At Glasgow 2014, Duncan Scott was one of the raw recruits, making his debut appearance at the multi-sports competition. But that did not stop him contributing to Team Scotland’s record Commonwealth Games medal tally, as the swimmers weighed in with 10 of the 53 baubles.
Four years on, he will head to Gold Coast in Australia as one of the experienced competitors, looking to add an individual award to the 4x200m freestyle silver he won at Tollcross, with a degree of expectation on his 20-year-old shoulders.
“Oh, really? That’s not something I’ve thought about,” said the University of Stirling student. “I’ve not even thought about what I’m going to swim at the Games yet. The relays are a massive push for medals, obviously, and we have some really strong depth.
“I’m 20 and I’m one of the older ones now. We have a really good mix. Hannah [Miley] is in her fourth Commonwealth Games, going for a third gold, so she’s experienced. Then we’ve got people competing in their first Commonwealth Games That mix is important not just for the future but right away. New people coming in will help someone like Hannah. It will push the experienced athletes on.
“But I’ve got an altitude camp to get out of the way before we even think about what events I’m doing – and there’s the European Short Course events before the Games. I’ve never swam individually at a Commonwealth Games, so let’s get that out of the way first.”
On Saturday he leaves for Flagstaff in Arizona for altitude training with Team GB. Then, in December, he will head to Perth in Australia.”
At the World Championships earlier this year, Scott won gold in the 4x200m freestyle with fellow Scot Stephen Milne, James Guy, and Nick Grainger, and he won a further silver in the 4x100m medley relay.
The strength in depth of the Team GB freestyle swimmers indicates the strength and depth of the challenge in Australia, where Scott is also faced by the might of the other great swimming nations.
‘Yeah, sadly, the Commonwealth Games is incredibly competitive in the 100m freestyle. Australia have such a great pedigree in that event, four or five of them who could swim that and win it.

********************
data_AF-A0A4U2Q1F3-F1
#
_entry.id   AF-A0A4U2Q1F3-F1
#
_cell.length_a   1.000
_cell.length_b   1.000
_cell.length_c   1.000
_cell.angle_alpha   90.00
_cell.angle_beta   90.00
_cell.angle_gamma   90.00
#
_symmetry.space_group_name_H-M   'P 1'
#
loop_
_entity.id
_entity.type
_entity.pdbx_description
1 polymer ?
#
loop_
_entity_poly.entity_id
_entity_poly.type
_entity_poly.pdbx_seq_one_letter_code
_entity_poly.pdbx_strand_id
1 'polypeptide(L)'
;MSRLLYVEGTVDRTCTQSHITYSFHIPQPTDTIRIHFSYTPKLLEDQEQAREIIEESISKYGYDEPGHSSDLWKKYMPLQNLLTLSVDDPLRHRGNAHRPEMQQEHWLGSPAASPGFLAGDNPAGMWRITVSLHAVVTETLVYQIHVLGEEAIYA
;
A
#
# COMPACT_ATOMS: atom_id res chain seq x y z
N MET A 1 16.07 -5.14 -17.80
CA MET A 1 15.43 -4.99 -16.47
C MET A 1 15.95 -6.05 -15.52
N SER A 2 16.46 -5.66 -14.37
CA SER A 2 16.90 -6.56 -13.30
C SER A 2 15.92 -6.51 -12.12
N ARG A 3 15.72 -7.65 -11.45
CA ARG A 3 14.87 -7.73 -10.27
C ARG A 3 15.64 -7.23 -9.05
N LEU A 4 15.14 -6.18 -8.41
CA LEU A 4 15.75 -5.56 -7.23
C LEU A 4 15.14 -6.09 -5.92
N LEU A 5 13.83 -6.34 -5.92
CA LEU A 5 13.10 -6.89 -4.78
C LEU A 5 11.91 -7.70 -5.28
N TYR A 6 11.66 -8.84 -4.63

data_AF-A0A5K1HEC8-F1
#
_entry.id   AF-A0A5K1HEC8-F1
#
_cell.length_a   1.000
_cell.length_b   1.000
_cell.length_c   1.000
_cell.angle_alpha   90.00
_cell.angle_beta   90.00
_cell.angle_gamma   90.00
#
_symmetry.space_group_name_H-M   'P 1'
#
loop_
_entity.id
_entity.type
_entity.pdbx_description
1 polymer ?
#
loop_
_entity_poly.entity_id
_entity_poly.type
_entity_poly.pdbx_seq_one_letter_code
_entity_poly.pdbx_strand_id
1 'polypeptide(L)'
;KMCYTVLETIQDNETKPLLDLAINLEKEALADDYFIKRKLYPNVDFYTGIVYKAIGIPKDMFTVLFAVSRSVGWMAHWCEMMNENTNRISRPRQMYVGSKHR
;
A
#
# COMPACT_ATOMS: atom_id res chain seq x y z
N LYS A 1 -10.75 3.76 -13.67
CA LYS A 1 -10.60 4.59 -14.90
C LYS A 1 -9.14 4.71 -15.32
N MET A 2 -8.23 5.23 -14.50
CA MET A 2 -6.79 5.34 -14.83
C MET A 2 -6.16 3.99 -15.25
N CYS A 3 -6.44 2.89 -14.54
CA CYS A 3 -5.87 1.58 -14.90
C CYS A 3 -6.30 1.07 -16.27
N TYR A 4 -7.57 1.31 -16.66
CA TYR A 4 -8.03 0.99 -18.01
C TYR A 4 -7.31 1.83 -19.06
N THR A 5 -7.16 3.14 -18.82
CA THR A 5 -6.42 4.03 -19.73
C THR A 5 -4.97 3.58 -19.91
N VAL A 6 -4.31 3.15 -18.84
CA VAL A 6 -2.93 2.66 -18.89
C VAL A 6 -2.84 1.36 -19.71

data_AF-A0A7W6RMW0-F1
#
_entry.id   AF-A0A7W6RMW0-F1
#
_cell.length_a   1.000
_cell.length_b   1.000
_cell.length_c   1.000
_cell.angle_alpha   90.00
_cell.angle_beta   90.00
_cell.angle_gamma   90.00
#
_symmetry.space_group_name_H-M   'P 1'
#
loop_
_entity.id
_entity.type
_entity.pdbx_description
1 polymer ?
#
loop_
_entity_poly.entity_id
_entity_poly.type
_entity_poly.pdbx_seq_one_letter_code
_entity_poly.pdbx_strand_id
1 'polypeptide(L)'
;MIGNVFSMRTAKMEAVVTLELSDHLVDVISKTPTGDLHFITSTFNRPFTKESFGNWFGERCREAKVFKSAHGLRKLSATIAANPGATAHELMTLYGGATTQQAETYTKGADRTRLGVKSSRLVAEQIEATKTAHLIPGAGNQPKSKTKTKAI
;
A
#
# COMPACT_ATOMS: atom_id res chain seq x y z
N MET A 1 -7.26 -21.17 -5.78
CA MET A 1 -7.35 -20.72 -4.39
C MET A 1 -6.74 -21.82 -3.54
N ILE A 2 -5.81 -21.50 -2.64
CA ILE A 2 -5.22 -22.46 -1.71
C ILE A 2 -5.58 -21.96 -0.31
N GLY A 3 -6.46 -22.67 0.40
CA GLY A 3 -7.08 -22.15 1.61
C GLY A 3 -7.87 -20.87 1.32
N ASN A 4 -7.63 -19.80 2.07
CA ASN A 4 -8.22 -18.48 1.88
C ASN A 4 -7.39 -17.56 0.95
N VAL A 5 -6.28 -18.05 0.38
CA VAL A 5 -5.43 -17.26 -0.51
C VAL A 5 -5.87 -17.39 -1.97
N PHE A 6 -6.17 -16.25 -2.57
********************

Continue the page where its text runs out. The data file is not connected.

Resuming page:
“Thankfully, only three can enter. But they’ve got massive depth. Then you have the Canadians and South Africans.”
At the Rio Olympics last year, Scott made the final of the 100m freestyle and finished fifth, with Kyle Chambers, of Australia, and Santo Conderelli, of Canada, among those who finished above him. In the 200m, South Africa’s Chad le Clos and England’s Guy were the top performers, proving there could be several competitors looking to be flies in his Commonwealth ointment regardless what distance Scott opts for in Australia.
He is realistic but excited rather than daunted by the magnitude of the task. “It gets the juices flowing, the idea of competing against the Aussies on their home ground. That adds to it.
“We’re not in Glasgow any more, we’re on the other side of the world – and I’ve never swum in a major meet in an outdoor pool. I don’t do backstroke, thankfully, because it would be more of a factor. But they will be more used to it than us. But I think we’ll be fine.”
Scott is also encouraged by the fact the Scots grabbed the Games by the scruff of the neck the last time the Aussies hosted, in 2006, amassing what until now has been the biggest overseas return.
“You never expect anything in sport; nothing is a given, you learn that every single day. So to be picked feels incredible and I’m proud to be representing Scotland on the Gold Coast. It might be a smaller team this time around, but the quality is still there. Everyone is sitting here watching the video highlights of 2014, getting goosebumps from watching those guys perform.”